Before the advent of mobile phones, few if any, have heard of the name NOKIA. Yet this little known Finnish company soon became the fastest rising star of the cellular phone world.
In 1996, it launched the model 8110 — that iconic, somewhat quirky banana-shaped phone that had everyone going gaga. It featured a full matrix LCD screen and a sliding cover that also acted as an ON/OFF button. Several of my colleagues each bought one within a week of its launch in Singapore. It seemed cool to be seen with this novel design.
I too was hugely tempted to jump onto the trendy bandwagon. But after fiddling with a unit belonging to a friend, I opined that the curve shape did not really go well with fitting into a pocket, or waist pouch. And so, I chose a conventional flat Ericsson instead.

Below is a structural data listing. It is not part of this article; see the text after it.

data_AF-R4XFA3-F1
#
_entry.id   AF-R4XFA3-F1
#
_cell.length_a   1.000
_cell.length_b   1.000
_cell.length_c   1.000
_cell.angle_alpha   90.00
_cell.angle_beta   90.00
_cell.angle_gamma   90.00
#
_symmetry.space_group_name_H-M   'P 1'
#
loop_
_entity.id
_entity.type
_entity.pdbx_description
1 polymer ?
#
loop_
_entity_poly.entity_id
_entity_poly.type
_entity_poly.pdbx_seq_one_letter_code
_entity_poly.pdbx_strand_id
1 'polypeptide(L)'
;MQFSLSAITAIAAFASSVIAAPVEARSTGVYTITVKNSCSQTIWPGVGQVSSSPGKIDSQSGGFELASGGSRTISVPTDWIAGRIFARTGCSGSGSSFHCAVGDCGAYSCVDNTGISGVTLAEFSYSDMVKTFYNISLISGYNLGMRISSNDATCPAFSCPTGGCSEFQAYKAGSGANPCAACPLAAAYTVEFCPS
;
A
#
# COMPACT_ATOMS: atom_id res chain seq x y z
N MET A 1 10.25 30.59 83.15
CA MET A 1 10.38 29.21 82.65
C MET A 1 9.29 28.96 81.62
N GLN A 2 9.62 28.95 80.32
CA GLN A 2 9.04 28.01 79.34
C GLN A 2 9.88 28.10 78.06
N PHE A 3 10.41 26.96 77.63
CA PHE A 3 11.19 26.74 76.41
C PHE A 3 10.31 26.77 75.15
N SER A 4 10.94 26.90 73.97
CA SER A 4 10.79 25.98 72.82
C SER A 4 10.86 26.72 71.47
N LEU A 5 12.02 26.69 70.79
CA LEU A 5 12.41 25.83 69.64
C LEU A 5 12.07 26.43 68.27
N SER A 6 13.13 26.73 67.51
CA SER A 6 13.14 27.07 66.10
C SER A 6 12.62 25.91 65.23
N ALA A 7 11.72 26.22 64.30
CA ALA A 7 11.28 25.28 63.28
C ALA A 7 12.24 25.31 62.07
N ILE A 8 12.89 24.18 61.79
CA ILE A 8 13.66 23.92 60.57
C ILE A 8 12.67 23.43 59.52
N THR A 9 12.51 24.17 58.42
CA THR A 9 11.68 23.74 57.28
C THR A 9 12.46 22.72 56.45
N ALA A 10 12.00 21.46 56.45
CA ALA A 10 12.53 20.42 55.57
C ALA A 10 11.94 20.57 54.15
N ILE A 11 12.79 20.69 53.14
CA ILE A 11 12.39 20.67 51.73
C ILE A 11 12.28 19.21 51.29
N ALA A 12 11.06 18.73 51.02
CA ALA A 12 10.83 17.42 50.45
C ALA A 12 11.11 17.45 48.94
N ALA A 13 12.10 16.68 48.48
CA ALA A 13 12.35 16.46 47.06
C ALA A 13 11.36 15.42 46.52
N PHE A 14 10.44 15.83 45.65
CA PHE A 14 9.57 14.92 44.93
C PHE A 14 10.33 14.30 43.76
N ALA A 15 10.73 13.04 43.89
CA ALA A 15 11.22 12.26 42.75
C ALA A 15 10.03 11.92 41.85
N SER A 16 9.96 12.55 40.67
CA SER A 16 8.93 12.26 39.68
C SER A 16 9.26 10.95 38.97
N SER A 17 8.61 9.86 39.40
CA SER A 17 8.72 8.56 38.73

In 1984 the once-almighty Motorola launched the world’s first cellular mobile phone, the DynaTAC-8000X. It was huge by today’s standards and aptly named “the brick phone”. Some sources said the price then was US$3,995 which would be like US$9,000 today.
To many, it became a status symbol – announcing to the world “I have arrived”. We had a senior neighbour in our apartment block, whose son bought one for him. Everyday, he would be seen at the void deck stone table, with The Brick exhibited prominently, attracting the covetous gaze of passers-by. It added a lot life to his years.
Fast forward 20 years to 2004 – when big M introduced the world’s sleekest and most glamorous flip phone, called Razr V3. Thanks to the exponential rate of advances in micro-electronics. It was such an aesthetic and ecstatic fusion of form, and function and visual appeal that I ended up buying 2 of them.